If a creditor obtains a charging order against one member, the LLC, based on the manager’s decision, probably WILL NOT distribute any profits that year to frustrate the member’s creditor. Both members then receive a K-1 but no money to pay the taxes, so both must borrow from the LLC to pay their respective taxes. This may cause the other partner to feel very uncomfortable.
SOLUTION: Require that each member (partner) form their own PERSONAL LLC to hold their membership interest in the main operating company.
- The LLC holding company will only own safe assets.
- A charging order will only affect the member’s personal LLC, not the main operating company!
Here’s what it looks like:
Look at the Tax Point of View:
It would help if you Considered These Key Factors:
1. 900k in gross sales
2. 600k in net profits
3. 150k in other earned income
4. Too much profit for a C-corporation; need a flow-through entity
If you’re 50/50 owners, each of you will split the 600k in net profits. The KEY QUESTION is, “ARE THESE PROFITS SUBJECT TO SE TAXES?”
LLC Members’ Exposure to Self-Employment Tax
What are self-employment taxes?
The SE tax is designed to ensure that self-employed individuals pay the Social Security and Medicare taxes (payroll taxes) that an employer would otherwise be withheld. Generally, employers and employees each pay a 6.2% Social Security tax on wages up to a wage base ($142,800 in 2021) and a 1.45% Medicare tax on all wages. Thus, self-employment income is subject to a 12.4% Social Security tax (up to the wage base) and a 2.9% Medicare tax.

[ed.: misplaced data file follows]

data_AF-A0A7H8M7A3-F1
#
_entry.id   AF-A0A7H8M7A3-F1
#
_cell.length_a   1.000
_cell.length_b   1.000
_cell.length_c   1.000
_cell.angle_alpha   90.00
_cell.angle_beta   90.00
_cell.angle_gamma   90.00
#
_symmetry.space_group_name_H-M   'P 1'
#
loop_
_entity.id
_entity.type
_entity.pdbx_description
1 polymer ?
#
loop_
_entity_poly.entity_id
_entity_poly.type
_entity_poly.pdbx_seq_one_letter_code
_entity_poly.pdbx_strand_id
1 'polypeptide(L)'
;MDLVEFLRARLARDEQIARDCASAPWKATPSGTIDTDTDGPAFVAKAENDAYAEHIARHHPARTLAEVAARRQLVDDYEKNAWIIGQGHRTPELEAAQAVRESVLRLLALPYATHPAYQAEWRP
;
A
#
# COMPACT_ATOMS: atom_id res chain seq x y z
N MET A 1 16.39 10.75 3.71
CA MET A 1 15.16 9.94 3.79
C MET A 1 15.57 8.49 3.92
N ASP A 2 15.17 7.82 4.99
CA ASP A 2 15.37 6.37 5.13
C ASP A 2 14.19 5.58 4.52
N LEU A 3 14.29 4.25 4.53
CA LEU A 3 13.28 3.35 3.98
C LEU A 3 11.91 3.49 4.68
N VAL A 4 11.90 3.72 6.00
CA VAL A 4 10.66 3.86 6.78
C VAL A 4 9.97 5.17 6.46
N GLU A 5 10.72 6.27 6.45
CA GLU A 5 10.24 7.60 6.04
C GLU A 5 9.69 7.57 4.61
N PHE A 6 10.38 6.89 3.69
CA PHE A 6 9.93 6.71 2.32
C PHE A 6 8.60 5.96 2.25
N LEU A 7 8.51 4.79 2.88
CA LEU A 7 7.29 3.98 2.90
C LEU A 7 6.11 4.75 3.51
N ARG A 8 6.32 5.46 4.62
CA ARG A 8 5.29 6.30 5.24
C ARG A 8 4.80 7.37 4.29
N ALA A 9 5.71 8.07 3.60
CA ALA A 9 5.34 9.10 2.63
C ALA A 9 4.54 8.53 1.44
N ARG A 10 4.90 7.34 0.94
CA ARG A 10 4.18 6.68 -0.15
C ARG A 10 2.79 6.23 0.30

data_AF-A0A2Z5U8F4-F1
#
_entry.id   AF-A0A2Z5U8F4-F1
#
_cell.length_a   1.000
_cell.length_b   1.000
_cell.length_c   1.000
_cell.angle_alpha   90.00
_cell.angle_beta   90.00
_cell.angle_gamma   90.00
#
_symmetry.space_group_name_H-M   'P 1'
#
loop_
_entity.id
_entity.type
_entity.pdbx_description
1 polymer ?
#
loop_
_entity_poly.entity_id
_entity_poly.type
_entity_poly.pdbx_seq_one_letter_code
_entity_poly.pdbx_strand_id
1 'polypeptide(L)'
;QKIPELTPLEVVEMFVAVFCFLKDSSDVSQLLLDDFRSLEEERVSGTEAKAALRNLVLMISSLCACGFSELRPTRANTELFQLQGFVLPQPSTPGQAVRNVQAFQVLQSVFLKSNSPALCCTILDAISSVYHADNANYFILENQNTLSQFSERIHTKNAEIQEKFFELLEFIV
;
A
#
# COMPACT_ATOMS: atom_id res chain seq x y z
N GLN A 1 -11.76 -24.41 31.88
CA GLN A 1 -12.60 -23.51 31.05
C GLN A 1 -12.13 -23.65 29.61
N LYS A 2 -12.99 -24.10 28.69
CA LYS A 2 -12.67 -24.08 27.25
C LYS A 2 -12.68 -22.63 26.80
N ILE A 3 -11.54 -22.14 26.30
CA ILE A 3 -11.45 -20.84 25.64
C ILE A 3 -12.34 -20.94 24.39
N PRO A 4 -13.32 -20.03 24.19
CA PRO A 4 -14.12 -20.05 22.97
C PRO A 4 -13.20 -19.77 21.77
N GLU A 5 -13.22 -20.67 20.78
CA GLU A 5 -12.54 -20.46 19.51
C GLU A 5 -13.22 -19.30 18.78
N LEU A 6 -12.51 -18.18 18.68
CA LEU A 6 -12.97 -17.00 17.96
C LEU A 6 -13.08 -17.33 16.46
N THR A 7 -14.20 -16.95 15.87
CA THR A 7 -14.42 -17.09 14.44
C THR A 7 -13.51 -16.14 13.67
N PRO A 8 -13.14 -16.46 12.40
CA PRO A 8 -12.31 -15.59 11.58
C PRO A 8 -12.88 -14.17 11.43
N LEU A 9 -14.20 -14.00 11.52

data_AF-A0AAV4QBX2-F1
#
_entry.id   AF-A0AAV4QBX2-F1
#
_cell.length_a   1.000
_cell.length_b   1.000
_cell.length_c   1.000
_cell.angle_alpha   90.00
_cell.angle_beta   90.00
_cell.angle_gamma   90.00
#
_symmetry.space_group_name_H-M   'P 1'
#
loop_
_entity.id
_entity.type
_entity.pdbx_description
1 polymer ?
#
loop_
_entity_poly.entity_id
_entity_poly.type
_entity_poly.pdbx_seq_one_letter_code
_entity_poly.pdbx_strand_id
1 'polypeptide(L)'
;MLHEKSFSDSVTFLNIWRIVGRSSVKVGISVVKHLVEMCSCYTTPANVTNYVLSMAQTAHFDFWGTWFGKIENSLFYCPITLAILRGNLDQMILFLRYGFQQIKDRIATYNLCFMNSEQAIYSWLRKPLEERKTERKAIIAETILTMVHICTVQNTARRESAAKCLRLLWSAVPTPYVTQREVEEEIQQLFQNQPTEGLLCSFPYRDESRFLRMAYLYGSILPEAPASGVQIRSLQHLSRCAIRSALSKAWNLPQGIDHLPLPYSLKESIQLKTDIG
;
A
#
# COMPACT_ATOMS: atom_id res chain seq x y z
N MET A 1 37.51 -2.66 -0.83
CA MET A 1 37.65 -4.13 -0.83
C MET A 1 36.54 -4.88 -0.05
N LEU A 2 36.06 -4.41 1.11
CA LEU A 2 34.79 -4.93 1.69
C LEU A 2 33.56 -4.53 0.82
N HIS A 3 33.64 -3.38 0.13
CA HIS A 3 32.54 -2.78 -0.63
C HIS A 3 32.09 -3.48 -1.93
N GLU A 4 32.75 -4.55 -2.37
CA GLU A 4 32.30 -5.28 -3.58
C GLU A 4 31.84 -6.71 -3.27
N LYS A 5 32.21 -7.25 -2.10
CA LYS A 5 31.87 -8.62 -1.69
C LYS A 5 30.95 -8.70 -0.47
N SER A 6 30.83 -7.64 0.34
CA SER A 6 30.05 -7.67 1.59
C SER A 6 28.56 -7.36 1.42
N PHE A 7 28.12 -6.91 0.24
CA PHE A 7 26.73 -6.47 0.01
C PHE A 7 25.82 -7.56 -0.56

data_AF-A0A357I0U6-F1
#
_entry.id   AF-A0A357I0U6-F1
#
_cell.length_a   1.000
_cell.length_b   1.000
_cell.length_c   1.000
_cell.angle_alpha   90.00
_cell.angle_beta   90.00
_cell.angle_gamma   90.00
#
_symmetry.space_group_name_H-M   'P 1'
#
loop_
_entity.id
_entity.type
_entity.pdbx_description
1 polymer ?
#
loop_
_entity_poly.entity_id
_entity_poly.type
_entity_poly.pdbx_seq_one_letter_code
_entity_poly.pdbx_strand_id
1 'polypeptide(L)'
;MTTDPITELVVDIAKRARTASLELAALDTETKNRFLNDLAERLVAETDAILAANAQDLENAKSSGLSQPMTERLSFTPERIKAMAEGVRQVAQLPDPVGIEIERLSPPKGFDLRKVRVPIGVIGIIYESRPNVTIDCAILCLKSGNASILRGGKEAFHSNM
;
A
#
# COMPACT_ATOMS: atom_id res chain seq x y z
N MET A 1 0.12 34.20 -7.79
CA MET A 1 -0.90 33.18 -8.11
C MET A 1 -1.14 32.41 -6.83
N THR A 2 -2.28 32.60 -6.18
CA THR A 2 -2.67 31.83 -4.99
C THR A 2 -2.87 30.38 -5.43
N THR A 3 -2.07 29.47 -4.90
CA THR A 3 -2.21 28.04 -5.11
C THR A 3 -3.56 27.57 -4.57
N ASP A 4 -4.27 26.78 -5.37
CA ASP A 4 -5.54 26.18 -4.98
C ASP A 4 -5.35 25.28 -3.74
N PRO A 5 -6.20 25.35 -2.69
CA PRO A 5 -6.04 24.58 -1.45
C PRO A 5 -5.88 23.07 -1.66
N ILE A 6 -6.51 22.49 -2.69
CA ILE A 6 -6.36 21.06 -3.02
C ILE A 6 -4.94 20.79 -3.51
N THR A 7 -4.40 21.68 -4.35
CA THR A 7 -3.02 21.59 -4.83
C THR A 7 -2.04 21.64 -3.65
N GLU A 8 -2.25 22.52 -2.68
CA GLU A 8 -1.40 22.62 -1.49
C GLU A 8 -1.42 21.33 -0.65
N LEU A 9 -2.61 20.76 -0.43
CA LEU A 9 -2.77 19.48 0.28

You are considered self-employed if you conduct a trade or business as a sole prop, single-member LLC disregarded owned by you, or a member of an LLC taxed as a partnership. Managers of an LLC and general partners of a partnership pay self-employment taxes on all their business income from the partnership, even if it is not distributed.
There is a difference in LLC members of an LLC taxed as a partnership as to their profits being subject to self-employment taxes. They are subject to self-employment taxes on “guaranteed payments,” which are for services to the LLC but exempt from self-employment taxes on their distributive share of partnership income. Here are more details below on LLC partnership taxation.
When it comes to computing the amount of a partner’s self-employment (SE) income, the general rule is that the partner includes his or her pass-through share of the partnership’s income and loss from a trade or business activities as SE income [IRC §1402(a)].
However, limited partners only include guaranteed payments from the partnership for services actually rendered to the partnership in their SE income, as described in IRC § 707(c). [See IRC §1402(a)(13).] Such payments are commonly referred to as “partner salaries.” This is a favorable rule, assuming the partnership’s trade or business activities generate taxable income because it minimizes the limited partner’s SE income and SE tax.